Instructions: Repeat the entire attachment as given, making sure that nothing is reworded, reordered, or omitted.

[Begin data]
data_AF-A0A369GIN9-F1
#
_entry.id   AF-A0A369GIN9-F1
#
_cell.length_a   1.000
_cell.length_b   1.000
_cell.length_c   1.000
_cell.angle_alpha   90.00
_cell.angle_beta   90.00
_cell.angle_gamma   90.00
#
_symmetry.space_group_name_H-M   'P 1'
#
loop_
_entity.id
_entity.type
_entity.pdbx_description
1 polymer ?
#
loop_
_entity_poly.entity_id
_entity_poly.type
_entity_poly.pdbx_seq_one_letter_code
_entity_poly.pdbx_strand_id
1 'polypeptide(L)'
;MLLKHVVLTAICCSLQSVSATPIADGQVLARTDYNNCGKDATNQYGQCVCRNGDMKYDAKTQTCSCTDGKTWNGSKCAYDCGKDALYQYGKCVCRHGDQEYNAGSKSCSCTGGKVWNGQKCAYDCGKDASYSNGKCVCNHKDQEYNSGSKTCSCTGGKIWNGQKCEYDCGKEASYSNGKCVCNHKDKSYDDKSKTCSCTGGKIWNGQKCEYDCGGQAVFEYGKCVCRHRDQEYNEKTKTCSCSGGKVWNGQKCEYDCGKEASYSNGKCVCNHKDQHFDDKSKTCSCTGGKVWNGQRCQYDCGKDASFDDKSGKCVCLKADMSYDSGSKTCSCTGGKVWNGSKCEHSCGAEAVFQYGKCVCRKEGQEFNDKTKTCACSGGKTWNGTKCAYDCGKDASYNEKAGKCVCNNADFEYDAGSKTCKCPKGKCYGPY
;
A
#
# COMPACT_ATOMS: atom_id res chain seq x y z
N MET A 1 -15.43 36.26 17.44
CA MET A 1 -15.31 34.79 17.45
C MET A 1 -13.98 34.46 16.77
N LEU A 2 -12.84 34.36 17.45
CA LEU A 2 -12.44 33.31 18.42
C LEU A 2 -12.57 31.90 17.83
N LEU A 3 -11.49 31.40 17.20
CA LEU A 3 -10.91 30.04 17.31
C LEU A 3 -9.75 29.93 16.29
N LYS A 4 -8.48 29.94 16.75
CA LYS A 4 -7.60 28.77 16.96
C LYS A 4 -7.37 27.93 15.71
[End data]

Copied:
data_AF-A0A369GIN9-F1
#
_entry.id   AF-A0A369GIN9-F1
#
_cell.length_a   1.000
_cell.length_b   1.000
_cell.length_c   1.000
_cell.angle_alpha   90.00
_cell.angle_beta   90.00
_cell.angle_gamma   90.00
#
_symmetry.space_group_name_H-M   'P 1'
#
loop_
_entity.id
_entity.type
_entity.pdbx_description
1 polymer ?
#
loop_
_entity_poly.entity_id
_entity_poly.type
_entity_poly.pdbx_seq_one_letter_code
_entity_poly.pdbx_strand_id
1 'polypeptide(L)'
;MLLKHVVLTAICCSLQSVSATPIADGQVLARTDYNNCGKDATNQYGQCVCRNGDMKYDAKTQTCSCTDGKTWNGSKCAYDCGKDALYQYGKCVCRHGDQEYNAGSKSCSCTGGKVWNGQKCAYDCGKDASYSNGKCVCNHKDQEYNSGSKTCSCTGGKIWNGQKCEYDCGKEASYSNGKCVCNHKDKSYDDKSKTCSCTGGKIWNGQKCEYDCGGQAVFEYGKCVCRHRDQEYNEKTKTCSCSGGKVWNGQKCEYDCGKEASYSNGKCVCNHKDQHFDDKSKTCSCTGGKVWNGQRCQYDCGKDASFDDKSGKCVCLKADMSYDSGSKTCSCTGGKVWNGSKCEHSCGAEAVFQYGKCVCRKEGQEFNDKTKTCACSGGKTWNGTKCAYDCGKDASYNEKAGKCVCNNADFEYDAGSKTCKCPKGKCYGPY
;
A
#
# COMPACT_ATOMS: atom_id res chain seq x y z
N MET A 1 -15.43 36.26 17.44
CA MET A 1 -15.31 34.79 17.45
C MET A 1 -13.98 34.46 16.77
N LEU A 2 -12.84 34.36 17.45
CA LEU A 2 -12.44 33.31 18.42
C LEU A 2 -12.57 31.90 17.83
N LEU A 3 -11.49 31.40 17.20
CA LEU A 3 -10.91 30.04 17.31
C LEU A 3 -9.75 29.93 16.29
N LYS A 4 -8.48 29.94 16.75
CA LYS A 4 -7.60 28.77 16.96
C LYS A 4 -7.37 27.93 15.71